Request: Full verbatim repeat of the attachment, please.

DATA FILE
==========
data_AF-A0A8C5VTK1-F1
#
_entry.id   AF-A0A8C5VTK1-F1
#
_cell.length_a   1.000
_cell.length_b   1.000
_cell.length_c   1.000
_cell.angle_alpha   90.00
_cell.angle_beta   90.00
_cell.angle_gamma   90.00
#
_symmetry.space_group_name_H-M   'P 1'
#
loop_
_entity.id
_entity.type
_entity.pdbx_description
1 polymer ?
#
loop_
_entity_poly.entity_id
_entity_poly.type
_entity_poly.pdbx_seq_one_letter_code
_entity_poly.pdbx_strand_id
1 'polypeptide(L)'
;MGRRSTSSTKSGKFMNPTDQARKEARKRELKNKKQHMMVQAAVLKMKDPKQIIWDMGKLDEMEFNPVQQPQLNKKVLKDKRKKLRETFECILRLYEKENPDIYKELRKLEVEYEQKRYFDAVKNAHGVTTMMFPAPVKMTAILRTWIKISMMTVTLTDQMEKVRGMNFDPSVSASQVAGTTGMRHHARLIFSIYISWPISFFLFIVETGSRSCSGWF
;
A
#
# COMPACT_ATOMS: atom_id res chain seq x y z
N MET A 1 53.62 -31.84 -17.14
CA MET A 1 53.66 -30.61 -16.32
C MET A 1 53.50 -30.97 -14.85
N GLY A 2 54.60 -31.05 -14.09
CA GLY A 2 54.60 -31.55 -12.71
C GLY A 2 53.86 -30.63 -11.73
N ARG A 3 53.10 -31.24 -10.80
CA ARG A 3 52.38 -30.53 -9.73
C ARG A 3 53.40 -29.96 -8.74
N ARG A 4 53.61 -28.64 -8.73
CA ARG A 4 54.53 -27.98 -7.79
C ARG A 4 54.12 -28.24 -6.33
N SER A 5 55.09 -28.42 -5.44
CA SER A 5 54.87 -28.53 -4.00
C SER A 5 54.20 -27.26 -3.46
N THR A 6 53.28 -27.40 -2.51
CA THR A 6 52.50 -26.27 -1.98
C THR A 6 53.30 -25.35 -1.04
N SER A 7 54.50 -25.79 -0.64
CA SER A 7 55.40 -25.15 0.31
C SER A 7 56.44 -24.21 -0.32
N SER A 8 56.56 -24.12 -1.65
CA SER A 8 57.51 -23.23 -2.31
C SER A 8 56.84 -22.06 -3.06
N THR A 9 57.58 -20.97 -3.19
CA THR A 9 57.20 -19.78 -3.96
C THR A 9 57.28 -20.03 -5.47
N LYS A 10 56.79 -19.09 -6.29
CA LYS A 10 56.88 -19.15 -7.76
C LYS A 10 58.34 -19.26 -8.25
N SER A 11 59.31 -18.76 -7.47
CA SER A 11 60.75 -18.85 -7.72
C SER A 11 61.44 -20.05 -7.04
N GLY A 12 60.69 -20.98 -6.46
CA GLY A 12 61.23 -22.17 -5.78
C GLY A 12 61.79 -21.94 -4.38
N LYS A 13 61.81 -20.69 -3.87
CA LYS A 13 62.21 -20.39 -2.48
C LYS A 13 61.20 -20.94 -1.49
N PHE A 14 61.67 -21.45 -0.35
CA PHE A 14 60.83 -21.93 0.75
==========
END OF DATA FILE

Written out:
data_AF-A0A8C5VTK1-F1
#
_entry.id   AF-A0A8C5VTK1-F1
#
_cell.length_a   1.000
_cell.length_b   1.000
_cell.length_c   1.000
_cell.angle_alpha   90.00
_cell.angle_beta   90.00
_cell.angle_gamma   90.00
#
_symmetry.space_group_name_H-M   'P 1'
#
loop_
_entity.id
_entity.type
_entity.pdbx_description
1 polymer ?
#
loop_
_entity_poly.entity_id
_entity_poly.type
_entity_poly.pdbx_seq_one_letter_code
_entity_poly.pdbx_strand_id
1 'polypeptide(L)'
;MGRRSTSSTKSGKFMNPTDQARKEARKRELKNKKQHMMVQAAVLKMKDPKQIIWDMGKLDEMEFNPVQQPQLNKKVLKDKRKKLRETFECILRLYEKENPDIYKELRKLEVEYEQKRYFDAVKNAHGVTTMMFPAPVKMTAILRTWIKISMMTVTLTDQMEKVRGMNFDPSVSASQVAGTTGMRHHARLIFSIYISWPISFFLFIVETGSRSCSGWF
;
A
#
# COMPACT_ATOMS: atom_id res chain seq x y z
N MET A 1 53.62 -31.84 -17.14
CA MET A 1 53.66 -30.61 -16.32
C MET A 1 53.50 -30.97 -14.85
N GLY A 2 54.60 -31.05 -14.09
CA GLY A 2 54.60 -31.55 -12.71
C GLY A 2 53.86 -30.63 -11.73
N ARG A 3 53.10 -31.24 -10.80
CA ARG A 3 52.38 -30.53 -9.73
C ARG A 3 53.40 -29.96 -8.74
N ARG A 4 53.61 -28.64 -8.73
CA ARG A 4 54.53 -27.98 -7.79
C ARG A 4 54.12 -28.24 -6.33
N SER A 5 55.09 -28.42 -5.44
CA SER A 5 54.87 -28.53 -4.00
C SER A 5 54.20 -27.26 -3.46
N THR A 6 53.28 -27.40 -2.51
CA THR A 6 52.50 -26.27 -1.98
C THR A 6 53.30 -25.35 -1.04
N SER A 7 54.50 -25.79 -0.64
CA SER A 7 55.40 -25.15 0.31
C SER A 7 56.44 -24.21 -0.32
N SER A 8 56.56 -24.12 -1.65
CA SER A 8 57.51 -23.23 -2.31
C SER A 8 56.84 -22.06 -3.06
N THR A 9 57.58 -20.97 -3.19
CA THR A 9 57.20 -19.78 -3.96
C THR A 9 57.28 -20.03 -5.47
N LYS A 10 56.79 -19.09 -6.29
CA LYS A 10 56.88 -19.15 -7.76
C LYS A 10 58.34 -19.26 -8.25
N SER A 11 59.31 -18.76 -7.47
CA SER A 11 60.75 -18.85 -7.72
C SER A 11 61.44 -20.05 -7.04
N GLY A 12 60.69 -20.98 -6.46
CA GLY A 12 61.23 -22.17 -5.78
C GLY A 12 61.79 -21.94 -4.38
N LYS A 13 61.81 -20.69 -3.87
CA LYS A 13 62.21 -20.39 -2.48
C LYS A 13 61.20 -20.94 -1.49
N PHE A 14 61.67 -21.45 -0.35
CA PHE A 14 60.83 -21.93 0.75